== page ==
As an avid hiker, you might think you know all there is to know about lacing up your boots and heading into the great outdoors – but when it comes to exploring new areas, it pays to be prepared.
Unpredictable weather changes and miles of barren land can make the Canary Islands a dangerous place for inexperienced hikers – and that’s why we rely on tips from the Lanzarote locals when planning trips, regardless of how far or long we plan to be out.
- Dress for the occasion
Any hiker will know the importance of suitable clothing when hiking but, in hotter climates, it can often be more challenging to find walking wear that’s both practical and comfortable when worn in the sun. As tempting as it may be to wear open-toed footwear in the 20-30°C heat, this can lead to a number of risks – including sunburn and cut feet, not to mention a lack of grip for slippery rocks and uphill climbs. Lace-up hiking shoes and socks should be worn when taking on any sort of climb, providing the wearer with maximum support when tackling challenging terrain.
Protecting other areas of your body is crucial, too. From a hat to shield you from the Sun’s strong rays to a waterproof jacket for when the weather turns sour, it pays to be over-prepared when hiking in lesser-known areas. There may be limited space in your backpack, but you’ll be pleased you shouldered the extra weight when it comes to getting caught out on a deserted hillside.
- Beware of the weather
Even the sunniest climates can experience shifts in weather and, on the Canary Islands, an overcast day can soon lead to a deluge of rain. With this in mind, it’s worth checking the forecast before you head off on your trek, as finding yourself stranded on a muddy hillside can significantly hinder your walking experience.
While not always accurate, a forecast will give you a guide to any predicted weather changes – and you can use this to inform your route. If you’re planning to head into the mountains for a week of hiking, it’s worth choosing a time of year with little chance of rain. A downpour while out hiking or camping will no doubt dampen the party’s spirits – so, where possible, plan your trip around the elements.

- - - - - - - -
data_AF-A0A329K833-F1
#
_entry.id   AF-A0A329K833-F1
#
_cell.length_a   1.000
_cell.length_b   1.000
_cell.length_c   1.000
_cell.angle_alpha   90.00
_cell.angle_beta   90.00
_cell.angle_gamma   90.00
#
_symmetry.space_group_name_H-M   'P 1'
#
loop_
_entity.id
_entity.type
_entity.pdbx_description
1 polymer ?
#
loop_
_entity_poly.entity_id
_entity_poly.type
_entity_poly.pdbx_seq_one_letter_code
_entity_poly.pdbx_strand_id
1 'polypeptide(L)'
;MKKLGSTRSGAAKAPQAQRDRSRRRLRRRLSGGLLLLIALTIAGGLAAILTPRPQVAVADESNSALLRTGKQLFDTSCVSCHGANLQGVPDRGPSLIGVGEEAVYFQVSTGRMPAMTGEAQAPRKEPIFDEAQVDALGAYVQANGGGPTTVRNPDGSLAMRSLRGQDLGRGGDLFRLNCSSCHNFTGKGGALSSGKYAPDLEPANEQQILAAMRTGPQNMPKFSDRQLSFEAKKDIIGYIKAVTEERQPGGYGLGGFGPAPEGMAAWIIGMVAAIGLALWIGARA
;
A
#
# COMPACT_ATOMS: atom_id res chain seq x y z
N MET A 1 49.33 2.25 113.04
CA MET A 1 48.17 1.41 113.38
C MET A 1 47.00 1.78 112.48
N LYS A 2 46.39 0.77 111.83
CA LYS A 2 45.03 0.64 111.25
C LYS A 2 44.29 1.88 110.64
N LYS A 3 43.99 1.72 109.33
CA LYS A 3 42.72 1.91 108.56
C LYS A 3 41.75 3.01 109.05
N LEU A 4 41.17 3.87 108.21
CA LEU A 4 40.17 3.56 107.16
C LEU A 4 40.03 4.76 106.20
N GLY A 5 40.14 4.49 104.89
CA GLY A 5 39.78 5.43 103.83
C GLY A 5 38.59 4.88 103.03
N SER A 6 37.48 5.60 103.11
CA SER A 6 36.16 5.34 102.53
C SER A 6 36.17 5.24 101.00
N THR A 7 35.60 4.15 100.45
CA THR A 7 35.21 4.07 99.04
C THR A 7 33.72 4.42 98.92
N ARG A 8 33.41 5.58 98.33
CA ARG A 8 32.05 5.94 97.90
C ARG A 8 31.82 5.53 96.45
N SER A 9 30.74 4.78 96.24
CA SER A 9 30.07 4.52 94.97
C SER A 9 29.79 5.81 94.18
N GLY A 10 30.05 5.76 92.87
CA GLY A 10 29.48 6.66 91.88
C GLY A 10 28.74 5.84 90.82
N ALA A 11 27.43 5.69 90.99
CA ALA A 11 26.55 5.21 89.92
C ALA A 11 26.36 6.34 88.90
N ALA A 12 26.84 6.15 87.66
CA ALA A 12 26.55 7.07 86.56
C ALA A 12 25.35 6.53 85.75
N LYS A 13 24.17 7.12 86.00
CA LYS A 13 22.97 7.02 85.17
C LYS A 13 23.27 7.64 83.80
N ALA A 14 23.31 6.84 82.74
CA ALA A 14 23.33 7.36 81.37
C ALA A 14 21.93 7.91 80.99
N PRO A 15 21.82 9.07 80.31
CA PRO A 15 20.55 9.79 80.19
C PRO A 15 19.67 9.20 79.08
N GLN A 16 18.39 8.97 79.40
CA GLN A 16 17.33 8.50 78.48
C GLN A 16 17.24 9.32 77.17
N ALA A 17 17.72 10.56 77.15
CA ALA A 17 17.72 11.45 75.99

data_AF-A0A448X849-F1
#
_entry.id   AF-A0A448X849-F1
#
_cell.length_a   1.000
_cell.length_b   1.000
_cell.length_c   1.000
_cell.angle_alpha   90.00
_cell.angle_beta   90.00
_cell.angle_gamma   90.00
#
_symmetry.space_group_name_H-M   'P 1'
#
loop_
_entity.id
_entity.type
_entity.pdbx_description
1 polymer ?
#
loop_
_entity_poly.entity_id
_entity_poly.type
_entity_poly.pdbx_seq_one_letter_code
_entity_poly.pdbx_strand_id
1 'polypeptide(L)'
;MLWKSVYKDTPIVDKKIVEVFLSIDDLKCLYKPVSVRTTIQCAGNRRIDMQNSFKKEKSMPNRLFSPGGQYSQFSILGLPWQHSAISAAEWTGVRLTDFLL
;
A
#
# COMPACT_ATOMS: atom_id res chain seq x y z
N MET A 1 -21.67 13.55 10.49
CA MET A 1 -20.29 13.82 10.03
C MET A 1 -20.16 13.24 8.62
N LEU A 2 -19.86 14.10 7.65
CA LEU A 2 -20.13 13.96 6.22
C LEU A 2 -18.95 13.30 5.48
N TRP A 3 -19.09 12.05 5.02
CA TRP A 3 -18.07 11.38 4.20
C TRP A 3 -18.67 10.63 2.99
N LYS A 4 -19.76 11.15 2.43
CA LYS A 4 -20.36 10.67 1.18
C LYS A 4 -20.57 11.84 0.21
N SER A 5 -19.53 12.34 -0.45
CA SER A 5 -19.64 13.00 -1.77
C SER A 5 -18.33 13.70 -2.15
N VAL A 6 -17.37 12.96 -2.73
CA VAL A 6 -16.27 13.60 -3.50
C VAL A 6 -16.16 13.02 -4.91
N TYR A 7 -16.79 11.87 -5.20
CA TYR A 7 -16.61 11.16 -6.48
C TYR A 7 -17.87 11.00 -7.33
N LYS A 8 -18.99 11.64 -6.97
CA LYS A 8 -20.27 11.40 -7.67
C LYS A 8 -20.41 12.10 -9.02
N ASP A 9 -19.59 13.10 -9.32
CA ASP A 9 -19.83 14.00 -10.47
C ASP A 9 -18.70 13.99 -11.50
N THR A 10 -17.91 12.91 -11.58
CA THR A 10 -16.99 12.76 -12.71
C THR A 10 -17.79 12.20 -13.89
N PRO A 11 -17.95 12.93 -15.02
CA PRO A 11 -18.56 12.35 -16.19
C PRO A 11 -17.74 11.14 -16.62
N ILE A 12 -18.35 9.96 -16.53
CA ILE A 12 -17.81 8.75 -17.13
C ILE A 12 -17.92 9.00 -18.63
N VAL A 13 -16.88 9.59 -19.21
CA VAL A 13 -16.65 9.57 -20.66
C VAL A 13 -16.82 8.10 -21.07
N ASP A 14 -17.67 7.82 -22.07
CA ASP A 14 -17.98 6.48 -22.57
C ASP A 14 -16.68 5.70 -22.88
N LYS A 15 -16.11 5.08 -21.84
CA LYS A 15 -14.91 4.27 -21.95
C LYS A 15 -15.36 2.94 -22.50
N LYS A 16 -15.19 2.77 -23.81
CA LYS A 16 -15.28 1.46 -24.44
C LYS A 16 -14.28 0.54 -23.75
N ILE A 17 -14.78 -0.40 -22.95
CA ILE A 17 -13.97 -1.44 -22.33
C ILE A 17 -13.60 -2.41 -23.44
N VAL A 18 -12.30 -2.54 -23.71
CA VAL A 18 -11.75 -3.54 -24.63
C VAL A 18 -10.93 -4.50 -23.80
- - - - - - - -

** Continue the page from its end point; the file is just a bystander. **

- Schedule in water stops
While it goes without saying that you should never set off on a hike unless you’re armed with plenty of water, it’s unlikely that your supplies will see you through the entire trip. With this in mind, scheduled stops throughout the day will allow you to top up your provisions and take stock of how the hike is going.
Whether you’re hiking in a pair or as part of a larger party, it’s important to ensure everyone stays hydrated throughout the day. Don’t be misled by a cloudy day, as the heightened temperatures can still lead to dehydration – which can be dangerous, particularly when hiking up in the mountains far from civilization.
- Don’t leave valuables behind
Whether it’s a one-day hike before returning to your villa or you’re backpacking your way around the islands, keeping your valuables tucked safely away will give you peace of mind – leaving you free to enjoy the adventure. Top tips include storing valuables in different places (e.g. in your backpack, inside your socks and in your tent) to ensure that you’ll still have access to important items even if some of your possessions are lost.
If you’re camping overnight, avoid leaving your campsite unoccupied at any given time. Instead, as you move, move your camping equipment with you. This way, you can minimize the risk of any crucial kit going missing or being damaged by wild animals – and, in turn, reduce the chances of having to cut your trip short.
- Plan your routes
Reliance on Google maps just won’t cut it when you’re thousands of feet above sea level without a phone signal, so plan your route in advance and keep a couple of hard copies handy – preferably in separate backpacks, in case one goes missing. As mentioned above, water supplies will quickly run short in the heat, so plan your route around areas you know supply water.
Frompitstops at village pubs to pitching up overnight in local fishing ports, these stop-offs will allow your hiking party to rest and refuel. With temperatures known to hit the late 30s in July and August, an afternoon spent under the shelter of a restaurant will give you and your party some welcome relief from the Sun’s penetrating rays.
With miles of sandy beaches and unexplored forests, the Canary Islands offer a truly magical experience for hikers of all abilities – and with our tips, you can make the most of this unforgettable adventure.
Originally written Optima Villas.